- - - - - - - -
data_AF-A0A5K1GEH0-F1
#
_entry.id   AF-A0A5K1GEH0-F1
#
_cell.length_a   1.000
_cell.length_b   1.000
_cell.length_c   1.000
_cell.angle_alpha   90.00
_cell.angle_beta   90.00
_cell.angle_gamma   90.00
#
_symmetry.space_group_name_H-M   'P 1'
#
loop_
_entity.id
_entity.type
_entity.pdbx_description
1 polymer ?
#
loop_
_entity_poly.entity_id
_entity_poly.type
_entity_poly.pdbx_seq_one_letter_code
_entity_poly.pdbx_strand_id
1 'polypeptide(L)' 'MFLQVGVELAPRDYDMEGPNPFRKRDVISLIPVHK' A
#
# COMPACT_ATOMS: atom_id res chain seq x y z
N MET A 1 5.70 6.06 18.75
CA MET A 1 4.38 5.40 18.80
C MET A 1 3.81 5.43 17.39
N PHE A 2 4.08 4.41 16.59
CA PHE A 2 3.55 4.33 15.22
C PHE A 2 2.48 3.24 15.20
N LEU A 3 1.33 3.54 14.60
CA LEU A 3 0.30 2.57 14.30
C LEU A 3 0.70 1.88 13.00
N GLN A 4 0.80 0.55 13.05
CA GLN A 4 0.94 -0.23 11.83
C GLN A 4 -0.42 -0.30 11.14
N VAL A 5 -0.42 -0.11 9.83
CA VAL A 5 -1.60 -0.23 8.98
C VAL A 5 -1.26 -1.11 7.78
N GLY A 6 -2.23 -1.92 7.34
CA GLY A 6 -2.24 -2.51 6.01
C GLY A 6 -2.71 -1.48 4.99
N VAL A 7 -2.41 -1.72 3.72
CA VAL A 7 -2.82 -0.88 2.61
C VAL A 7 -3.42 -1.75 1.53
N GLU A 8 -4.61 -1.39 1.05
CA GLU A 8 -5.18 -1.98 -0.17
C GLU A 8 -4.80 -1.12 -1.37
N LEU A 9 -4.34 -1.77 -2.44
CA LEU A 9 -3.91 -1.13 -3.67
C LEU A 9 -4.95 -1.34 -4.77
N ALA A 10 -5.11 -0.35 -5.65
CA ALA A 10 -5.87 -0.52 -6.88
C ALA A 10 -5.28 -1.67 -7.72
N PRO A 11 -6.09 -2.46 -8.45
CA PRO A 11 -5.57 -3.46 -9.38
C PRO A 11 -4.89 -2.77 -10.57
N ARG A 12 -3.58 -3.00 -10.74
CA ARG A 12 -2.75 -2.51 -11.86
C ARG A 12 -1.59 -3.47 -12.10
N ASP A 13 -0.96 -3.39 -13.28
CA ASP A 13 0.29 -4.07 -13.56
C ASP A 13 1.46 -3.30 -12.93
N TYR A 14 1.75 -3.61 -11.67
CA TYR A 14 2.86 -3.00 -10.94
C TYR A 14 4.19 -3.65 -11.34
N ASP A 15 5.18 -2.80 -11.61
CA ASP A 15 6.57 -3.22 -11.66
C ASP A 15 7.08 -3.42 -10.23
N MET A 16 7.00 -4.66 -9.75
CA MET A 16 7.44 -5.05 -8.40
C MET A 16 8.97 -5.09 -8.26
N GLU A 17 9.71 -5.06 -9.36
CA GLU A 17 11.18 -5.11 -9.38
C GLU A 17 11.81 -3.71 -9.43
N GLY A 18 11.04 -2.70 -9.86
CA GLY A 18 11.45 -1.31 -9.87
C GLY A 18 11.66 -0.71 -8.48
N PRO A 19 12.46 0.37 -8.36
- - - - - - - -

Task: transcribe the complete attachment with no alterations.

data_AF-A0A5K1GEH0-F1
#
_entry.id   AF-A0A5K1GEH0-F1
#
_cell.length_a   1.000
_cell.length_b   1.000
_cell.length_c   1.000
_cell.angle_alpha   90.00
_cell.angle_beta   90.00
_cell.angle_gamma   90.00
#
_symmetry.space_group_name_H-M   'P 1'
#
loop_
_entity.id
_entity.type
_entity.pdbx_description
1 polymer ?
#
loop_
_entity_poly.entity_id
_entity_poly.type
_entity_poly.pdbx_seq_one_letter_code
_entity_poly.pdbx_strand_id
1 'polypeptide(L)' 'MFLQVGVELAPRDYDMEGPNPFRKRDVISLIPVHK' A
#
# COMPACT_ATOMS: atom_id res chain seq x y z
N MET A 1 5.70 6.06 18.75
CA MET A 1 4.38 5.40 18.80
C MET A 1 3.81 5.43 17.39
N PHE A 2 4.08 4.41 16.59
CA PHE A 2 3.55 4.33 15.22
C PHE A 2 2.48 3.24 15.20
N LEU A 3 1.33 3.54 14.60
CA LEU A 3 0.30 2.57 14.30
C LEU A 3 0.70 1.88 13.00
N GLN A 4 0.80 0.55 13.05
CA GLN A 4 0.94 -0.23 11.83
C GLN A 4 -0.42 -0.30 11.14
N VAL A 5 -0.42 -0.11 9.83
CA VAL A 5 -1.60 -0.23 8.98
C VAL A 5 -1.26 -1.11 7.78
N GLY A 6 -2.23 -1.92 7.34
CA GLY A 6 -2.24 -2.51 6.01
C GLY A 6 -2.71 -1.48 4.99
N VAL A 7 -2.41 -1.72 3.72
CA VAL A 7 -2.82 -0.88 2.61
C VAL A 7 -3.42 -1.75 1.53
N GLU A 8 -4.61 -1.39 1.05
CA GLU A 8 -5.18 -1.98 -0.17
C GLU A 8 -4.80 -1.12 -1.37
N LEU A 9 -4.34 -1.77 -2.44
CA LEU A 9 -3.91 -1.13 -3.67
C LEU A 9 -4.95 -1.34 -4.77
N ALA A 10 -5.11 -0.35 -5.65
CA ALA A 10 -5.87 -0.52 -6.88
C ALA A 10 -5.28 -1.67 -7.72
N PRO A 11 -6.09 -2.46 -8.45
CA PRO A 11 -5.57 -3.46 -9.38
C PRO A 11 -4.89 -2.77 -10.57
N ARG A 12 -3.58 -3.00 -10.74
CA ARG A 12 -2.75 -2.51 -11.86
C ARG A 12 -1.59 -3.47 -12.10
N ASP A 13 -0.96 -3.39 -13.28
CA ASP A 13 0.29 -4.07 -13.56
C ASP A 13 1.46 -3.30 -12.93
N TYR A 14 1.75 -3.61 -11.67
CA TYR A 14 2.86 -3.00 -10.94
C TYR A 14 4.19 -3.65 -11.34
N ASP A 15 5.18 -2.80 -11.61
CA ASP A 15 6.57 -3.22 -11.66
C ASP A 15 7.08 -3.42 -10.23
N MET A 16 7.00 -4.66 -9.75
CA MET A 16 7.44 -5.05 -8.40
C MET A 16 8.97 -5.09 -8.26
N GLU A 17 9.71 -5.06 -9.36
CA GLU A 17 11.18 -5.11 -9.38
C GLU A 17 11.81 -3.71 -9.43
N GLY A 18 11.04 -2.70 -9.86
CA GLY A 18 11.45 -1.31 -9.87
C GLY A 18 11.66 -0.71 -8.48
N PRO A 19 12.46 0.37 -8.36